This past week my partners and another friend have been preparing for wrongful death trials. I was asked to contribute some thoughts. Since I’ve collected a few ideas I thought I would share them even though they are not in any particular organized sequence.

Some years back I copied  an article entitled “A Portrait of a Mother” and what follows are some excerpts from that article. I regret that I didn’t keep the source or the author or I would provide it.

A Portrait of a Mother

When we were little, mother was everything to us – the police department, the Board of Education, the department of public works, the recreation commission, the finance department, the court of correction. She was a busy person. The only reason she wasn’t driven out of her mind is because she was a mother with the leadership of Moses, the courage of Daniel, and the patience of Job.

But whether she be 18 or 80, mother is an irreplaceable treasure. None other will ever love you half so well or half so foolishly. None other will be so sure you are right, good and worthy. Of course, sometimes she’s wrong. But God love her for it and keep her forever in his grace.

Here are some phrases and some lines from poetry which have thoughts about death.

  • God didn’t want to be everywhere so he created mothers.
  • A mother’s work is like the railroad tracks, the end seems to be in sight but never is.

From a poem:

“It broke our hearts to lose you, but you did not go alone; a part of us died with you the day God called you home. A million times we’ve needed you, a million times we cried; if tears alone could save you, you would never have died.

Ideas that capture the impact of death:

  • Death is the great emptiness. It is the bottomless pit of pain, loneliness and grief. Death means wet pillows at night and holes in your heart.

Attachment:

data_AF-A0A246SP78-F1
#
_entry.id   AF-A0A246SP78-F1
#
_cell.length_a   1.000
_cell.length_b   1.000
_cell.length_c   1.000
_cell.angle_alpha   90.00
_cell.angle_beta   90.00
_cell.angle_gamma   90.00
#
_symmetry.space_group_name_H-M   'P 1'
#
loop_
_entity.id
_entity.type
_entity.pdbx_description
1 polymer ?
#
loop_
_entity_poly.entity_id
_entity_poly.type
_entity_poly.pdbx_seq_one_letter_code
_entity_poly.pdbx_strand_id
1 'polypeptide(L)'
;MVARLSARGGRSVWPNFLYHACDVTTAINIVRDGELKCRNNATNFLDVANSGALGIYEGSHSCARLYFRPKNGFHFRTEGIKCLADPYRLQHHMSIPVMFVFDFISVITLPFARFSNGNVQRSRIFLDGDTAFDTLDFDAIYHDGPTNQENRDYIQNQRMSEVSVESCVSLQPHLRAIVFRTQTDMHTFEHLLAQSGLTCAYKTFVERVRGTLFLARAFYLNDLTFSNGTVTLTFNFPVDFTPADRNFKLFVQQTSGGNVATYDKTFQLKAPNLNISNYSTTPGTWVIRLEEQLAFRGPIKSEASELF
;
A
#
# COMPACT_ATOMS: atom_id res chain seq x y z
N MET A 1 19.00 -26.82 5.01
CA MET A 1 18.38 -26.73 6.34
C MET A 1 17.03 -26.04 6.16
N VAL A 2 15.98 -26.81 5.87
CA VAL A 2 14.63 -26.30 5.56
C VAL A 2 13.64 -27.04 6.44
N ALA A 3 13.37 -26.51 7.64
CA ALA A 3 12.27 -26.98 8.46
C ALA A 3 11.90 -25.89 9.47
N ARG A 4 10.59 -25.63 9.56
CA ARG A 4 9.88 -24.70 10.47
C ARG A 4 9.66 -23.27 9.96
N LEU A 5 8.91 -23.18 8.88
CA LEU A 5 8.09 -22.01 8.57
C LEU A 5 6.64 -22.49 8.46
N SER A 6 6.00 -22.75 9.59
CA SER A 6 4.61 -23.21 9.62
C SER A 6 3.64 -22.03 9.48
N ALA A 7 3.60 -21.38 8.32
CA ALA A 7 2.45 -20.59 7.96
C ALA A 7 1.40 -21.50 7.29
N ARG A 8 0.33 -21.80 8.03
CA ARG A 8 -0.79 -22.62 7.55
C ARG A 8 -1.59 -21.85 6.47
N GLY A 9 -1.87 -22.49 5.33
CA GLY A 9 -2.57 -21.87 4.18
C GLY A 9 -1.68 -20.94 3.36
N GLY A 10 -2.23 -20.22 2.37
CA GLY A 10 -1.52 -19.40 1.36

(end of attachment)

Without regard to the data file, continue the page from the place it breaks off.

• Drop by drop wears a hole in stone and death minute by minute, day by day, wears a hole in the heart of the survivor

Here are some common phrases that express the magnitude of death:

  1. the kiss of death
  2. it’s a matter of life and death
  3. dead and buried
  4. death is forever

This poem about love dying reflects the pain of death of a loved one:

“The night has a thousand eyes and the day but one; yet the life of right of the bright world dies with the dying sun. The mind has a thousand eyes and the heart but one, yet the light of the whole world dies when love is done.”

Think about analogies that express the great magnitude of death:

  • Suppose there is a room full of priceless paintings and a fire breaks out with a mother in a wheelchair  in the room. What anyone question the choice of saving the paintings  or the mother even if that meant the loss of millions and millions of dollars in valuable paintings? Life is worth more than the most expensive material.
  • What is the policy in the military for the pilot flying a multimillion dollar aircraft and a choice has to be made between trying to see the aircraft or ejecting and saving the life of the pilot? Life over multimillion dollar planes.

The fact is that just as one instrument off key can ruin the entire symphony a death in the family has the same impact. These brief and simple thoughts are examples of the powerful destructive force  of an unnecessary  death. It’s our job  to find  the words to capture this fact.

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